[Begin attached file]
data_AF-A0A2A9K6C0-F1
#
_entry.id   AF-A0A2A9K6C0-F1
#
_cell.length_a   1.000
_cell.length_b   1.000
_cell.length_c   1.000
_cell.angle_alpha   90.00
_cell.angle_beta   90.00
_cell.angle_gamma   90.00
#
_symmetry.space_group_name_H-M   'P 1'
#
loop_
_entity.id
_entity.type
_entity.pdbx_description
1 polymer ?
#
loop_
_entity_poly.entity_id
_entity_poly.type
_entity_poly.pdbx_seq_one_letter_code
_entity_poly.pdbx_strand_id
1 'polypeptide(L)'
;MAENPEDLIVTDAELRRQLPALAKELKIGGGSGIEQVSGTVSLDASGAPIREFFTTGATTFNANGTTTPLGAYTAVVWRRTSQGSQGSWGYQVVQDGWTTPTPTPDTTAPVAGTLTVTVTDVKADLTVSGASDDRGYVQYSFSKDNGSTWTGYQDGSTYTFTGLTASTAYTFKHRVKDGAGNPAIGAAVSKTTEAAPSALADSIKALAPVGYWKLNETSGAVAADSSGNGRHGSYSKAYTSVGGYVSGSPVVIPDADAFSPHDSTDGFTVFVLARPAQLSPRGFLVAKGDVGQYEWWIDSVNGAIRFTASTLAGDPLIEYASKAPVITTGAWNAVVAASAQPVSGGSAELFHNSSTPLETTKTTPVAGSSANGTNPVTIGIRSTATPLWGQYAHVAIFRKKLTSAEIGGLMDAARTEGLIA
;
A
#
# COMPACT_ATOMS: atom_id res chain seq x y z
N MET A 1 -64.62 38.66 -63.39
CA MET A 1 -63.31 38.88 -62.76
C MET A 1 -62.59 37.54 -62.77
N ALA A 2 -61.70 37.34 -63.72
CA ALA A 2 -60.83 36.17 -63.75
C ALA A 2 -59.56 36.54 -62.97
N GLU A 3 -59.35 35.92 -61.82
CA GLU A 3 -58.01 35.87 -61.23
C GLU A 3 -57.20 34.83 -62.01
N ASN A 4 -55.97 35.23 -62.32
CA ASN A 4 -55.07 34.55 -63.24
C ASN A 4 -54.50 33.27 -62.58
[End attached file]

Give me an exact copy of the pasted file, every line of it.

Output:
data_AF-A0A2A9K6C0-F1
#
_entry.id   AF-A0A2A9K6C0-F1
#
_cell.length_a   1.000
_cell.length_b   1.000
_cell.length_c   1.000
_cell.angle_alpha   90.00
_cell.angle_beta   90.00
_cell.angle_gamma   90.00
#
_symmetry.space_group_name_H-M   'P 1'
#
loop_
_entity.id
_entity.type
_entity.pdbx_description
1 polymer ?
#
loop_
_entity_poly.entity_id
_entity_poly.type
_entity_poly.pdbx_seq_one_letter_code
_entity_poly.pdbx_strand_id
1 'polypeptide(L)'
;MAENPEDLIVTDAELRRQLPALAKELKIGGGSGIEQVSGTVSLDASGAPIREFFTTGATTFNANGTTTPLGAYTAVVWRRTSQGSQGSWGYQVVQDGWTTPTPTPDTTAPVAGTLTVTVTDVKADLTVSGASDDRGYVQYSFSKDNGSTWTGYQDGSTYTFTGLTASTAYTFKHRVKDGAGNPAIGAAVSKTTEAAPSALADSIKALAPVGYWKLNETSGAVAADSSGNGRHGSYSKAYTSVGGYVSGSPVVIPDADAFSPHDSTDGFTVFVLARPAQLSPRGFLVAKGDVGQYEWWIDSVNGAIRFTASTLAGDPLIEYASKAPVITTGAWNAVVAASAQPVSGGSAELFHNSSTPLETTKTTPVAGSSANGTNPVTIGIRSTATPLWGQYAHVAIFRKKLTSAEIGGLMDAARTEGLIA
;
A
#
# COMPACT_ATOMS: atom_id res chain seq x y z
N MET A 1 -64.62 38.66 -63.39
CA MET A 1 -63.31 38.88 -62.76
C MET A 1 -62.59 37.54 -62.77
N ALA A 2 -61.70 37.34 -63.72
CA ALA A 2 -60.83 36.17 -63.75
C ALA A 2 -59.56 36.54 -62.97
N GLU A 3 -59.35 35.92 -61.82
CA GLU A 3 -58.01 35.87 -61.23
C GLU A 3 -57.20 34.83 -62.01
N ASN A 4 -55.97 35.23 -62.32
CA ASN A 4 -55.07 34.55 -63.24
C ASN A 4 -54.50 33.27 -62.58